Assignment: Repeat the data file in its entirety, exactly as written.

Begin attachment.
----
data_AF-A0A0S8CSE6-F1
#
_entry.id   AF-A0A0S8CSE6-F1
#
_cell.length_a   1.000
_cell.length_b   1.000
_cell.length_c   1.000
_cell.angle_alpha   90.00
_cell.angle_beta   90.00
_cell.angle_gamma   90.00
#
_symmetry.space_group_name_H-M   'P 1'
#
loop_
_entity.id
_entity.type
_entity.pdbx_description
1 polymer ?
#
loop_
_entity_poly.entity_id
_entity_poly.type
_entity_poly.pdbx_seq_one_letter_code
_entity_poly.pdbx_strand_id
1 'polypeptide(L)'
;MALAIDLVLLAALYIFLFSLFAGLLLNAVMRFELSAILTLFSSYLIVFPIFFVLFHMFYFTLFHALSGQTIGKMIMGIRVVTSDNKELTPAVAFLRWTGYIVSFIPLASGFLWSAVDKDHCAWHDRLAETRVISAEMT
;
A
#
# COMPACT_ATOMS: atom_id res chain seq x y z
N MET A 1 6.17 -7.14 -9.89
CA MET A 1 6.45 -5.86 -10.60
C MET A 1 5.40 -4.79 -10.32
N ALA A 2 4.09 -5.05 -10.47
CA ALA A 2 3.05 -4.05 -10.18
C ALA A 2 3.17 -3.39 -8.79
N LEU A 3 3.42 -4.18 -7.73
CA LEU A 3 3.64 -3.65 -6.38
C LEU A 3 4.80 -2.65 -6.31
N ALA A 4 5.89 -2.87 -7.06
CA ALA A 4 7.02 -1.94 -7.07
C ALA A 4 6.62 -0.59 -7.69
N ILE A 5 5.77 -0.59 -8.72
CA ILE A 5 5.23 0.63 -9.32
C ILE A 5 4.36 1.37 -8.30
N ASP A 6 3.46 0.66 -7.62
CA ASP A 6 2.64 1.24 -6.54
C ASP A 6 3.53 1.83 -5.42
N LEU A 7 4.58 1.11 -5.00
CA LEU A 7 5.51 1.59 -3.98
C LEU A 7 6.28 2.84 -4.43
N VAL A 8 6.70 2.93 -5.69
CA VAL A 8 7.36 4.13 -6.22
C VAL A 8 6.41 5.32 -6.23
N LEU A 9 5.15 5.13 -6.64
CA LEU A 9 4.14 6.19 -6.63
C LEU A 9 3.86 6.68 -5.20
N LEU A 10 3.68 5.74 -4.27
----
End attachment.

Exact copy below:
data_AF-A0A0S8CSE6-F1
#
_entry.id   AF-A0A0S8CSE6-F1
#
_cell.length_a   1.000
_cell.length_b   1.000
_cell.length_c   1.000
_cell.angle_alpha   90.00
_cell.angle_beta   90.00
_cell.angle_gamma   90.00
#
_symmetry.space_group_name_H-M   'P 1'
#
loop_
_entity.id
_entity.type
_entity.pdbx_description
1 polymer ?
#
loop_
_entity_poly.entity_id
_entity_poly.type
_entity_poly.pdbx_seq_one_letter_code
_entity_poly.pdbx_strand_id
1 'polypeptide(L)'
;MALAIDLVLLAALYIFLFSLFAGLLLNAVMRFELSAILTLFSSYLIVFPIFFVLFHMFYFTLFHALSGQTIGKMIMGIRVVTSDNKELTPAVAFLRWTGYIVSFIPLASGFLWSAVDKDHCAWHDRLAETRVISAEMT
;
A
#
# COMPACT_ATOMS: atom_id res chain seq x y z
N MET A 1 6.17 -7.14 -9.89
CA MET A 1 6.45 -5.86 -10.60
C MET A 1 5.40 -4.79 -10.32
N ALA A 2 4.09 -5.05 -10.47
CA ALA A 2 3.05 -4.05 -10.18
C ALA A 2 3.17 -3.39 -8.79
N LEU A 3 3.42 -4.18 -7.73
CA LEU A 3 3.64 -3.65 -6.38
C LEU A 3 4.80 -2.65 -6.31
N ALA A 4 5.89 -2.87 -7.06
CA ALA A 4 7.02 -1.94 -7.07
C ALA A 4 6.62 -0.59 -7.69
N ILE A 5 5.77 -0.59 -8.72
CA ILE A 5 5.23 0.63 -9.32
C ILE A 5 4.36 1.37 -8.30
N ASP A 6 3.46 0.66 -7.62
CA ASP A 6 2.64 1.24 -6.54
C ASP A 6 3.53 1.83 -5.42
N LEU A 7 4.58 1.11 -5.00
CA LEU A 7 5.51 1.59 -3.98
C LEU A 7 6.28 2.84 -4.43
N VAL A 8 6.70 2.93 -5.69
CA VAL A 8 7.36 4.13 -6.22
C VAL A 8 6.41 5.32 -6.23
N LEU A 9 5.15 5.13 -6.64
CA LEU A 9 4.14 6.19 -6.63
C LEU A 9 3.86 6.68 -5.20
N LEU A 10 3.68 5.74 -4.27